Pension Matters

Don’t discount your pension payments . . . someone regularly does that for you.

Determining whether a pension plan has a deficit (an all too frequent an occurrence) or a surplus (an occurrence to which a simile about the rarity of hen’s teeth readily applies) requires a ‘discount rate’. Every year or so, the University’s Pensions Advisory Committee is convened and tasked with recommending an appropriate pension plan discount rate. Currently, our plan’s discount rate is 5.8%. You might ask: now what does that even mean? Why would you discount our pension plan? Doesn’t it have enough trouble already? Well, unfortunately yes, but we need the discount rate to tell us when it’s in trouble and by how much. In fact, a pension plan’s discount rate serves many purposes: pension actuaries require it to assess the adequacy of plan’s funding; employee contributions are set using it; and, any extra employer payments to the pension fund are based on it. The discount rate is front and centre in the determination of those all-too-frequent deficits as well as the rare-as-hen’s-teeth surpluses. This writer is somewhat challenged to explain it but please permit me to try.

It will be helpful, and not all that strange, to think of the pensions paid to a plan’s beneficiaries and their survivors as a huge collection of payment obligations spread over many decades into the future. Pension administrators often want to know if there’s enough money in the current pension ‘kitty’ to make good on all those future obligations. To illustrate how the oddly named discount rate helps them with this, let’s examine a very simple ‘micro pension plan’ with just one future obligation consisting of a single $1000 pension payment that must be made to a pensioner two years from now. Let’s assume there’s $870 currently tucked away in the plan’s kitty. Is the $870 adequate to meet the plan’s obligation to its pensioner? Or, is the plan in deficit and in need of extra funding? Or, is there a surplus and maybe we can respond to an employee demand for extra benefits, perhaps (my personal favorite) full cost-of-living indexing?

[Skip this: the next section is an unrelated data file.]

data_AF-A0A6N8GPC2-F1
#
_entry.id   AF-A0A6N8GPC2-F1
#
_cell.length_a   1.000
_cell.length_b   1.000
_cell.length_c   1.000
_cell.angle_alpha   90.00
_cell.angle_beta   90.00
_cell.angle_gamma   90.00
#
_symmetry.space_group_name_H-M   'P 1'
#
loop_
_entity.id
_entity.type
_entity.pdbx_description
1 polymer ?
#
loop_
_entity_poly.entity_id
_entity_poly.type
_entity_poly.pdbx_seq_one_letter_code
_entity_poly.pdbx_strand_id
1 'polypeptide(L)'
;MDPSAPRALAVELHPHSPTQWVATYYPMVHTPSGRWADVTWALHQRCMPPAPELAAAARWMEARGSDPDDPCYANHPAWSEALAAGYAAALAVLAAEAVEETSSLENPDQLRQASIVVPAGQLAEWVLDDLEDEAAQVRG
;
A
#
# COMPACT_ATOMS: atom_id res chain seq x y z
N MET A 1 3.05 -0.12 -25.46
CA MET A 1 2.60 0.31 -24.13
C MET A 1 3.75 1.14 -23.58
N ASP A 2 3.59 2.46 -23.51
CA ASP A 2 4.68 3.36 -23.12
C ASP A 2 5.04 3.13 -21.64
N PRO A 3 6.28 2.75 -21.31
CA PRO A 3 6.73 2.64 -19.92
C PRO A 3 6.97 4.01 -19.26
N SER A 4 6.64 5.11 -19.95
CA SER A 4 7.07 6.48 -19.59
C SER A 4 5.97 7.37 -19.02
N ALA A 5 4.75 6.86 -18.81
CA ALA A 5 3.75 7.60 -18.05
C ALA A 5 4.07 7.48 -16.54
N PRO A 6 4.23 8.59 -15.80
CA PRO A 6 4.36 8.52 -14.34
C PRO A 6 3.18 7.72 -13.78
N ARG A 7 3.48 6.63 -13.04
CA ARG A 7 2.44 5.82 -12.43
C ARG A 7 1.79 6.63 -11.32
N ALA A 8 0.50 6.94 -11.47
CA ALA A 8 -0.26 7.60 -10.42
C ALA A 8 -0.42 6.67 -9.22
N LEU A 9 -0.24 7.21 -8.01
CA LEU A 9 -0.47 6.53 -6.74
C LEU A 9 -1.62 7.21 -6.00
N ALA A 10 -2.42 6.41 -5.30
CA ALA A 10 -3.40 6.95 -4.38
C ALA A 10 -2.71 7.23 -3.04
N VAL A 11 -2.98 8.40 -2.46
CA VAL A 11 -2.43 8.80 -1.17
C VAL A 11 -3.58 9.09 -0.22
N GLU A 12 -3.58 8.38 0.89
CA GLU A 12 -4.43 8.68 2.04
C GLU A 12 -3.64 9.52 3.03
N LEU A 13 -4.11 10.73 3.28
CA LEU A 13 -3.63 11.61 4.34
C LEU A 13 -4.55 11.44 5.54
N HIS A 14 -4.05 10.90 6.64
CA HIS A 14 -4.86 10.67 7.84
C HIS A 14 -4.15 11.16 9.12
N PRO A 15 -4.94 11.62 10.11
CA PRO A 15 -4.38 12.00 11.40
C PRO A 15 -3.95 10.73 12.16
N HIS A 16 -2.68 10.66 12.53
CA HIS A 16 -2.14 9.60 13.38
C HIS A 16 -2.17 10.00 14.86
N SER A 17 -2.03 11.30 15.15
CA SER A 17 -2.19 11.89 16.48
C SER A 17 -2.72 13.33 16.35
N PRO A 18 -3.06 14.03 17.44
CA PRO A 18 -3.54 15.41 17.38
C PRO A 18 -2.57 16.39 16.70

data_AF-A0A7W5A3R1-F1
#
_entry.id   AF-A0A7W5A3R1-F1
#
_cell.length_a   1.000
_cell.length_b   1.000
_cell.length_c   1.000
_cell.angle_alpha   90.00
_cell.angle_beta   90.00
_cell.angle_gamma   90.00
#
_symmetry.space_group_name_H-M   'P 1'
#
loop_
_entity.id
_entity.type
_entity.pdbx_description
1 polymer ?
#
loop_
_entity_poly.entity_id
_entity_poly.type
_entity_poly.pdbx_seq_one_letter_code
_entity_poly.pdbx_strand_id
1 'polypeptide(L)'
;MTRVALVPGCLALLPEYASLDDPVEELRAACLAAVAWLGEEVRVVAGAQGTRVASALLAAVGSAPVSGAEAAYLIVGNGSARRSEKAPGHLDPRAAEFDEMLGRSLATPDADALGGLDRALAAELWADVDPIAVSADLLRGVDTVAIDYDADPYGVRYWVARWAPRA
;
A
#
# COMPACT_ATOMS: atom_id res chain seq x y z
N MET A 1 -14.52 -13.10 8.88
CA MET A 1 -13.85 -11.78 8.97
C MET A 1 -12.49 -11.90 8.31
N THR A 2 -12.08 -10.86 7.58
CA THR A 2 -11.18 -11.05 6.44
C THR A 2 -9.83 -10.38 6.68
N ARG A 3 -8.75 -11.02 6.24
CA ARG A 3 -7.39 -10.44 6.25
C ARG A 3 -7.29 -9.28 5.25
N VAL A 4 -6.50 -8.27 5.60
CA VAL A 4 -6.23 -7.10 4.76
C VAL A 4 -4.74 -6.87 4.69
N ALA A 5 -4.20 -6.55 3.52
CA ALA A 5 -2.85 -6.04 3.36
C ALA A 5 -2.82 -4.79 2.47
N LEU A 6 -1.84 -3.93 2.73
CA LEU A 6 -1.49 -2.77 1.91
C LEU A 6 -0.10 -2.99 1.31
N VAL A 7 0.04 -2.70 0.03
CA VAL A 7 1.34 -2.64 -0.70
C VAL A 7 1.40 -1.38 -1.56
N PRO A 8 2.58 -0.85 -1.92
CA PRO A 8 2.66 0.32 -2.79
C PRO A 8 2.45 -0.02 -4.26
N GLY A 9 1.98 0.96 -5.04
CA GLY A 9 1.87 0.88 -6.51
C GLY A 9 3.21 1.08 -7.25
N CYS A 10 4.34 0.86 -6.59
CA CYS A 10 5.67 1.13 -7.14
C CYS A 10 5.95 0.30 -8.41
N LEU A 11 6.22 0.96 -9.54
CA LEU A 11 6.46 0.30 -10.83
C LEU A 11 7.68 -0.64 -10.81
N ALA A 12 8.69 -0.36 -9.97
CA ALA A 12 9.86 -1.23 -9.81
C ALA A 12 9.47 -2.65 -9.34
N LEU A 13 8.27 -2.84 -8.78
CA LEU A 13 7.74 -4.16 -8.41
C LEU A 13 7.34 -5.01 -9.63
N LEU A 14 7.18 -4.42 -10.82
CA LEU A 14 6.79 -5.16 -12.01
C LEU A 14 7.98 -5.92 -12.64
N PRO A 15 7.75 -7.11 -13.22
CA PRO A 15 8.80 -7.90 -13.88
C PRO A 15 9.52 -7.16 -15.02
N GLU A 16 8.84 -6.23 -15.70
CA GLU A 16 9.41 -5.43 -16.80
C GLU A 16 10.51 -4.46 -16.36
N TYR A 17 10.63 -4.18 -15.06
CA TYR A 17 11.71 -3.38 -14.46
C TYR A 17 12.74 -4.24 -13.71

Unsurprisingly we’ll need to invest the $870. The micro pension plan advisory committee is convened to determine what the financial resources of the plan could be expected to earn if placed in a collection of very safe investments. Let’s say the committee’s thoughtful deliberations result in a determination of 6%. In its report the committee notes that rates above 6% are possible but only arise for investments that are much too risky for the pension plan. Will the 6% be adequate? Will the plan show a deficit or a surplus? Let do some ‘discounting’. Keep the “Discounting Diagram” handy.

Note the $1000.00 pension payment in ‘Year Two’. Let’s work (right to left) through the upper path of connected boxes shown on the Discounting Diagram. Recalling your high school consumer math you eagerly discount the $1000.00 by 6% to give $943.40 for ‘Year One’ and then you discount the $943.40 by 6% to give $890.00 for ‘Year Now’. So, if we invest $890.00 at the committee’s recommended 6% we should safely obtain $1000.00 just in time to make the $1000.00 payment to our pensioner. But wait, we only have $870.00 in our pension kitty and not the $890 that must be invested. We need to add another $20.00 to bring it up to $890. Our micro pension plan has a deficit! And the amount of the deficit is $20.00.

Had our advisory committee concluded that an 8% return could be safely realized from investing the plan’s funds then (as seen in the lower path of the “Discounting Diagram”) a very different, much happier, outcome would have resulted: a $12.66 surplus and along with that could come the prospect of benefit improvements.

Some of you may wonder if there’s a discount rate that balances what’s currently in the pension kitty with the future obligation to our pensioner. There is! It’s 7.2% which, somewhat coincidently, is approximately the rate of return needed on the $1.6 billion currently held by the MUN Pension Plan (the kitty) to eliminate its $250-ish million deficit and meet all its financial obligations to our 2,400 or so pensioners and survivors every year into the foreseeable future.

There you have it: Pension Plan Discounting 101.